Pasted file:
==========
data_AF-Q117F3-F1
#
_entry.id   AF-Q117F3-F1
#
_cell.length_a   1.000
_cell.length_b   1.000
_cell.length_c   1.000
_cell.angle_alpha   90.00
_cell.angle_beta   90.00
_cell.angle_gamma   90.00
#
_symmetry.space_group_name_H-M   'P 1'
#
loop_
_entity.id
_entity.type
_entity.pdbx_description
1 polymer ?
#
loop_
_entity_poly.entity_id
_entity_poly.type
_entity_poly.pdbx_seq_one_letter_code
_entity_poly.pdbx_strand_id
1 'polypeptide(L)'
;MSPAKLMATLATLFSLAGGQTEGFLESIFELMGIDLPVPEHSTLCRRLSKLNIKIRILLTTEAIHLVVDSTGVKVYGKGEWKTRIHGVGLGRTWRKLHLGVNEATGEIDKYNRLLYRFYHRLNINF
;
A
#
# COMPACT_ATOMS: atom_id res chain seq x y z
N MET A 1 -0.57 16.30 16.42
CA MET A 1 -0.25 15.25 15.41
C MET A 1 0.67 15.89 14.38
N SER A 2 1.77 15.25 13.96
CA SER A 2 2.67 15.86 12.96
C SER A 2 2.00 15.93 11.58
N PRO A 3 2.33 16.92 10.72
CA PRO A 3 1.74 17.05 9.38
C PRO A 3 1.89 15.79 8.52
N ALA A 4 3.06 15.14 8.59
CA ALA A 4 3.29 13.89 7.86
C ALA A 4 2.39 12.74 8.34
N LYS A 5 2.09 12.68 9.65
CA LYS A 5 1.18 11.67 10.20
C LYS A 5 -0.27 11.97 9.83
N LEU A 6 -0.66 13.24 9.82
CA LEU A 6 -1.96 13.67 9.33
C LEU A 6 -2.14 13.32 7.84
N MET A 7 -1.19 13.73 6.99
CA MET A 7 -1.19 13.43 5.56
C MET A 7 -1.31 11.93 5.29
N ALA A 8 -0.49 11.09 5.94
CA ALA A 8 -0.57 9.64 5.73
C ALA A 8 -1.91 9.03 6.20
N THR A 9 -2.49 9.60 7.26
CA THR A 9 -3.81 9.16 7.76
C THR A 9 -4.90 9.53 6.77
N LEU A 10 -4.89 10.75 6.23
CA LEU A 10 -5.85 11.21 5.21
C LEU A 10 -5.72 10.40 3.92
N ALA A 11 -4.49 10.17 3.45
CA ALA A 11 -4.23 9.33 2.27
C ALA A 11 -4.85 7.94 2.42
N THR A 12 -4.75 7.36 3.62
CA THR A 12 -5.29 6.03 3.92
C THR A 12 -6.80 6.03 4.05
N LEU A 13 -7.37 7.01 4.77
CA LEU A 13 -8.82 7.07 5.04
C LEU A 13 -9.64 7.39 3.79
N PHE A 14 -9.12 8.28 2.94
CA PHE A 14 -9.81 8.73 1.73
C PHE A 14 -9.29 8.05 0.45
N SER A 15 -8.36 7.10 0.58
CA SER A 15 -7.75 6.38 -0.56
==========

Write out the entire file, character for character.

data_AF-Q117F3-F1
#
_entry.id   AF-Q117F3-F1
#
_cell.length_a   1.000
_cell.length_b   1.000
_cell.length_c   1.000
_cell.angle_alpha   90.00
_cell.angle_beta   90.00
_cell.angle_gamma   90.00
#
_symmetry.space_group_name_H-M   'P 1'
#
loop_
_entity.id
_entity.type
_entity.pdbx_description
1 polymer ?
#
loop_
_entity_poly.entity_id
_entity_poly.type
_entity_poly.pdbx_seq_one_letter_code
_entity_poly.pdbx_strand_id
1 'polypeptide(L)'
;MSPAKLMATLATLFSLAGGQTEGFLESIFELMGIDLPVPEHSTLCRRLSKLNIKIRILLTTEAIHLVVDSTGVKVYGKGEWKTRIHGVGLGRTWRKLHLGVNEATGEIDKYNRLLYRFYHRLNINF
;
A
#
# COMPACT_ATOMS: atom_id res chain seq x y z
N MET A 1 -0.57 16.30 16.42
CA MET A 1 -0.25 15.25 15.41
C MET A 1 0.67 15.89 14.38
N SER A 2 1.77 15.25 13.96
CA SER A 2 2.67 15.86 12.96
C SER A 2 2.00 15.93 11.58
N PRO A 3 2.33 16.92 10.72
CA PRO A 3 1.74 17.05 9.38
C PRO A 3 1.89 15.79 8.52
N ALA A 4 3.06 15.14 8.59
CA ALA A 4 3.29 13.89 7.86
C ALA A 4 2.39 12.74 8.34
N LYS A 5 2.09 12.68 9.65
CA LYS A 5 1.18 11.67 10.20
C LYS A 5 -0.27 11.97 9.83
N LEU A 6 -0.66 13.24 9.82
CA LEU A 6 -1.96 13.67 9.33
C LEU A 6 -2.14 13.32 7.84
N MET A 7 -1.19 13.73 6.99
CA MET A 7 -1.19 13.43 5.56
C MET A 7 -1.31 11.93 5.29
N ALA A 8 -0.49 11.09 5.94
CA ALA A 8 -0.57 9.64 5.73
C ALA A 8 -1.91 9.03 6.20
N THR A 9 -2.49 9.60 7.26
CA THR A 9 -3.81 9.16 7.76
C THR A 9 -4.90 9.53 6.77
N LEU A 10 -4.89 10.75 6.23
CA LEU A 10 -5.85 11.21 5.21
C LEU A 10 -5.72 10.40 3.92
N ALA A 11 -4.49 10.17 3.45
CA ALA A 11 -4.23 9.33 2.27
C ALA A 11 -4.85 7.94 2.42
N THR A 12 -4.75 7.36 3.62
CA THR A 12 -5.29 6.03 3.92
C THR A 12 -6.80 6.03 4.05
N LEU A 13 -7.37 7.01 4.77
CA LEU A 13 -8.82 7.07 5.04
C LEU A 13 -9.64 7.39 3.79
N PHE A 14 -9.12 8.28 2.94
CA PHE A 14 -9.81 8.73 1.73
C PHE A 14 -9.29 8.05 0.45
N SER A 15 -8.36 7.10 0.58
CA SER A 15 -7.75 6.38 -0.56